In Chapter 17 & 18 does John's contemplation of death conflict with our impression of his strong character in Brave New World?

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timbrady eNotes educator| Certified Educator

I am not sure that I would characterize John as a "strong" character, although I'm not exactly sure what that means.  John was an "alien" being in Brave New World; he had a set of values that were in conflict with almost everything he saw in their society.  His reactions were passionate, but I think they came from his inability to understand their world and his holding on to what had made sense for him throughout his life.

Toward the end, he seems to be overwhelmed by his inability to deal with or change their world, so he opts for suicide.  I also suspect that this was a "practical" need in the novel.  All the characters had served their "purpose," so Huxley may have decided to wrap up the lose ends by having the Savage end his life and just let us imagine that things continued in BNW has they had "always" been.  In a sense this reenforces the theme that the individual has little weight in their society, no matter how much Shakespeare he/she knows.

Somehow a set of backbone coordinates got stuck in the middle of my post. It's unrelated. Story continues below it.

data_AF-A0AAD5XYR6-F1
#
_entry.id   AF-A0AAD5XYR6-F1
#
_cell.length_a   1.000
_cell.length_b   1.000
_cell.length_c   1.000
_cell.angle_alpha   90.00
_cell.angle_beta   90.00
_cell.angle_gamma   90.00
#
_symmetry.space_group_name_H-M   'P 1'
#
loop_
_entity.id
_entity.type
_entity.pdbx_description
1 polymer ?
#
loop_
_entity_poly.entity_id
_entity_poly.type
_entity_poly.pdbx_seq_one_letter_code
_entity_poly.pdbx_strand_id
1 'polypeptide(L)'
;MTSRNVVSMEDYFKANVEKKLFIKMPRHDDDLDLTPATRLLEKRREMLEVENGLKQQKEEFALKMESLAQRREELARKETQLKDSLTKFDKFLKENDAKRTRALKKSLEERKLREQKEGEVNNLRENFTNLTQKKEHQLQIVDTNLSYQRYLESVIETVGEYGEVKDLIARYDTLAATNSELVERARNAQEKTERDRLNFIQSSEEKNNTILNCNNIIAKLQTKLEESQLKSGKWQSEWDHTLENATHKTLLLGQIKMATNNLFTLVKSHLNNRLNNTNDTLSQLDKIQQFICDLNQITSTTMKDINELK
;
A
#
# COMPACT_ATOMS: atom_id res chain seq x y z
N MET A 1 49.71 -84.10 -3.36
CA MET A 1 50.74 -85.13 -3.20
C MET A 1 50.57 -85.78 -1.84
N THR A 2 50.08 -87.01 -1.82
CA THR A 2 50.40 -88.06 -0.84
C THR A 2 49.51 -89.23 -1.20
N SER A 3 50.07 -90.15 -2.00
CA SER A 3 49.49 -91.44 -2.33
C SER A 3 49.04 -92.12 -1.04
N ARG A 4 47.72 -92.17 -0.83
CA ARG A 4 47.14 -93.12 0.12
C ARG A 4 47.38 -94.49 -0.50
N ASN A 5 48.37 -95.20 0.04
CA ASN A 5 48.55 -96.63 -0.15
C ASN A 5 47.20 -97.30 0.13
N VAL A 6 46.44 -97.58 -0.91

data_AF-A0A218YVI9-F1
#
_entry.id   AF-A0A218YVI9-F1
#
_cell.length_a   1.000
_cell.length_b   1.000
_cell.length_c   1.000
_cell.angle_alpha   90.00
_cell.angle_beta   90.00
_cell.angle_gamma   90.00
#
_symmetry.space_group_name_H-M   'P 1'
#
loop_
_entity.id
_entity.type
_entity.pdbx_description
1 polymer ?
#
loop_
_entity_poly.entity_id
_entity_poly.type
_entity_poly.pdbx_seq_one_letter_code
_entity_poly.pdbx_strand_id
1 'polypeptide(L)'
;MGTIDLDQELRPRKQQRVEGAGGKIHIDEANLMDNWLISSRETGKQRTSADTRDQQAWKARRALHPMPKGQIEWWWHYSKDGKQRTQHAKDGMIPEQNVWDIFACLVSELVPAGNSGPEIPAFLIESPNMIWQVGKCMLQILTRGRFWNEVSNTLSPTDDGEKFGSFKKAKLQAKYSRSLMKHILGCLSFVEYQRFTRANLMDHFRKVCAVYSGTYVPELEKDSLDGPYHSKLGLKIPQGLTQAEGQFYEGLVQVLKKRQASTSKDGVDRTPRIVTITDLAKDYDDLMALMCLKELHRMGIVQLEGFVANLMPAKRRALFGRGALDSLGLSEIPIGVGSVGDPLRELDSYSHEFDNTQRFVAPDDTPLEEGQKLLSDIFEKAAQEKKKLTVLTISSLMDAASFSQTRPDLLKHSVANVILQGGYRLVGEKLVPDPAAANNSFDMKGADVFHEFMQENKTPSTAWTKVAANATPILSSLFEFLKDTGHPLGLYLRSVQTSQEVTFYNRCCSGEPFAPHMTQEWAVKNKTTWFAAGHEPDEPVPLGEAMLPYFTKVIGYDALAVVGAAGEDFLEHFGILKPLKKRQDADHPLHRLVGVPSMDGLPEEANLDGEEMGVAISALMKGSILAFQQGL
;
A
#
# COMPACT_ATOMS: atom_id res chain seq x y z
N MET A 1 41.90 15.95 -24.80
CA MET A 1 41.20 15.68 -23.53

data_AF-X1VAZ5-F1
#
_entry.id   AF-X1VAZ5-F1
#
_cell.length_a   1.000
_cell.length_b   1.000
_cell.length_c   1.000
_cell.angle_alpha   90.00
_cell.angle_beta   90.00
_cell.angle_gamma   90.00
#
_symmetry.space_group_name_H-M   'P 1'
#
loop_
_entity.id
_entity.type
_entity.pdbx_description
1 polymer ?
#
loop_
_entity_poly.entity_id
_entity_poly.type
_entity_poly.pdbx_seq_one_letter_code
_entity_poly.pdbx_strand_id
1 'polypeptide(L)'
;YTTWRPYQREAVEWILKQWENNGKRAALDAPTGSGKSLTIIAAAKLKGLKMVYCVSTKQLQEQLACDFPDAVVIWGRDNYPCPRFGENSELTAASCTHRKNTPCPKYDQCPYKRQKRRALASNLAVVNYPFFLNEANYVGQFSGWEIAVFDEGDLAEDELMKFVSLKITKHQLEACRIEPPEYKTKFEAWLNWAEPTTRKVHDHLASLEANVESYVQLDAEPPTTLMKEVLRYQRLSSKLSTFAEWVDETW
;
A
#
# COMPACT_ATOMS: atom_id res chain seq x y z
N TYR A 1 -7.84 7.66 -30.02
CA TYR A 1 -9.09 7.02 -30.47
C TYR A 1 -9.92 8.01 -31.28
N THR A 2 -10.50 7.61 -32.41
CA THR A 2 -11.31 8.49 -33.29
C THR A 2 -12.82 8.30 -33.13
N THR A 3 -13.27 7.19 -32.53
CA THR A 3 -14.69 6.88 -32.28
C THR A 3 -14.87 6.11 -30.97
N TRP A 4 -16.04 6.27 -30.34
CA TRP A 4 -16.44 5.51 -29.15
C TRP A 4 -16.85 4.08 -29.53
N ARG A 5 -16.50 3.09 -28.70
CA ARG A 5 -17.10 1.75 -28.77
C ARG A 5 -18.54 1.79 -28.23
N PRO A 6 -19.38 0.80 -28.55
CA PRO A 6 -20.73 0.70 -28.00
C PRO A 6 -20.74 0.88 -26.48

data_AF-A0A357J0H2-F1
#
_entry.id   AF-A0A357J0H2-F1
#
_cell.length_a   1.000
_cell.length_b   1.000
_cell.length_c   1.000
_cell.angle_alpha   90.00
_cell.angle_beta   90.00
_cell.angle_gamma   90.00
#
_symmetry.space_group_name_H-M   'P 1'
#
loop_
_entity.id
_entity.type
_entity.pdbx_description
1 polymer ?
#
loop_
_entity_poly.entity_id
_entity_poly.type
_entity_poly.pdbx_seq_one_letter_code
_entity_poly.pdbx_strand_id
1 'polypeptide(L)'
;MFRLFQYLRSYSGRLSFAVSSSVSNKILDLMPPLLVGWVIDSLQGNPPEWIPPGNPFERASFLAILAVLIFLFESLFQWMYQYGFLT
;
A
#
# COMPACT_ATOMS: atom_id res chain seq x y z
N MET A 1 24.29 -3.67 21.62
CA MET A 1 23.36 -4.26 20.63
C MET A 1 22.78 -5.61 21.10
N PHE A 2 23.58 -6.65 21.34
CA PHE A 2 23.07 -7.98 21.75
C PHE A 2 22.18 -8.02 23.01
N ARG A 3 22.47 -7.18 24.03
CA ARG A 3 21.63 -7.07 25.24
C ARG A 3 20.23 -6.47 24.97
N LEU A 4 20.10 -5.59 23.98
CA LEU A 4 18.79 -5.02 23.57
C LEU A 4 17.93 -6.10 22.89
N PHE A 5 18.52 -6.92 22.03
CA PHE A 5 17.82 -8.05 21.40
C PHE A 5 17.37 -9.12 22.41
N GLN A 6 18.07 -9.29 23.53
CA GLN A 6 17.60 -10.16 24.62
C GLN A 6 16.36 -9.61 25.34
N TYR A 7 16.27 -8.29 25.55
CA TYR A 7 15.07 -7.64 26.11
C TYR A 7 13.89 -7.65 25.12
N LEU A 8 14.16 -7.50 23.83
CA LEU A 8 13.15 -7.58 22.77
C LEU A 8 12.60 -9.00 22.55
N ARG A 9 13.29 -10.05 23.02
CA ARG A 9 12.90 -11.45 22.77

pohnpei397 eNotes educator| Certified Educator

I would say that it does not.

In Chapter 18, John the Savage exiles himself because he cannot stand civilization.  Then, when civilization comes after him, he ends up killing himself.  He does this after he gets so caught up in the heat of the moment that he participates in an orgy.

I do not think that this clashes with the idea that he has a strong character.  I think it shows that he realizes that there is nowhere in the brave new world that a man with his values and ideals can go.  If he cannot live according to his values, he would rather die.  I think that is more a sign of strength than of weakness.